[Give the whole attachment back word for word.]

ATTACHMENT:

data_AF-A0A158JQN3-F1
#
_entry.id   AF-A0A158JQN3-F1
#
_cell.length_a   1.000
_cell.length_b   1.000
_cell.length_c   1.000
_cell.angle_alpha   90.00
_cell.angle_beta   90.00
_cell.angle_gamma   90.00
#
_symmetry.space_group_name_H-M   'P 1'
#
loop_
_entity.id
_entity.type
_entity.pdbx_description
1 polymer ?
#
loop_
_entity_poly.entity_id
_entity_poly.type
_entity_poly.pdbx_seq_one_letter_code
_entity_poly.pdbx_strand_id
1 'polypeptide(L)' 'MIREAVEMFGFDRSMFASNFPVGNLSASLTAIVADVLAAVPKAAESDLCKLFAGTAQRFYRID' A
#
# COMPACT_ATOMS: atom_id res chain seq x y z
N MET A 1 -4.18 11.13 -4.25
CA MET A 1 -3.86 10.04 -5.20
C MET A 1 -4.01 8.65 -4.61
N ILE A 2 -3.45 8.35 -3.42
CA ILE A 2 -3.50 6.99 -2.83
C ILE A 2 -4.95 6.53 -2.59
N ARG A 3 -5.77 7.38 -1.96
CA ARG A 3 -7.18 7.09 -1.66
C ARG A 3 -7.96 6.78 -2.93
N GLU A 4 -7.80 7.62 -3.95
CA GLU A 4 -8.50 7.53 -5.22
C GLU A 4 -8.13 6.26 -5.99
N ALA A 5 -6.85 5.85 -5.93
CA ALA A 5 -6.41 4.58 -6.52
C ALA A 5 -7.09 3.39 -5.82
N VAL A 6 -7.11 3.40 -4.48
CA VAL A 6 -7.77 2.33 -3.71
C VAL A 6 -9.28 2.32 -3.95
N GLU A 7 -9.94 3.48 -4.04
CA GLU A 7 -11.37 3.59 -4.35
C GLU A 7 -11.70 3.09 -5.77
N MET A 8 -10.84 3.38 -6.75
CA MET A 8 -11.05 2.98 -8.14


data_AF-A0A158JQN3-F1
#
_entry.id   AF-A0A158JQN3-F1
#
_cell.length_a   1.000
_cell.length_b   1.000
_cell.length_c   1.000
_cell.angle_alpha   90.00
_cell.angle_beta   90.00
_cell.angle_gamma   90.00
#
_symmetry.space_group_name_H-M   'P 1'
#
loop_
_entity.id
_entity.type
_entity.pdbx_description
1 polymer ?
#
loop_
_entity_poly.entity_id
_entity_poly.type
_entity_poly.pdbx_seq_one_letter_code
_entity_poly.pdbx_strand_id
1 'polypeptide(L)' 'MIREAVEMFGFDRSMFASNFPVGNLSASLTAIVADVLAAVPKAAESDLCKLFAGTAQRFYRID' A
#
# COMPACT_ATOMS: atom_id res chain seq x y z
N MET A 1 -4.18 11.13 -4.25
CA MET A 1 -3.86 10.04 -5.20
C MET A 1 -4.01 8.65 -4.61
N ILE A 2 -3.45 8.35 -3.42
CA ILE A 2 -3.50 6.99 -2.83
C ILE A 2 -4.95 6.53 -2.59
N ARG A 3 -5.77 7.38 -1.96
CA ARG A 3 -7.18 7.09 -1.66
C ARG A 3 -7.96 6.78 -2.93
N GLU A 4 -7.80 7.62 -3.95
CA GLU A 4 -8.50 7.53 -5.22
C GLU A 4 -8.13 6.26 -5.99
N ALA A 5 -6.85 5.85 -5.93
CA ALA A 5 -6.41 4.58 -6.52
C ALA A 5 -7.09 3.39 -5.82
N VAL A 6 -7.11 3.40 -4.48
CA VAL A 6 -7.77 2.33 -3.71
C VAL A 6 -9.28 2.32 -3.95
N GLU A 7 -9.94 3.48 -4.04
CA GLU A 7 -11.37 3.59 -4.35
C GLU A 7 -11.70 3.09 -5.77
N MET A 8 -10.84 3.38 -6.75
CA MET A 8 -11.05 2.98 -8.14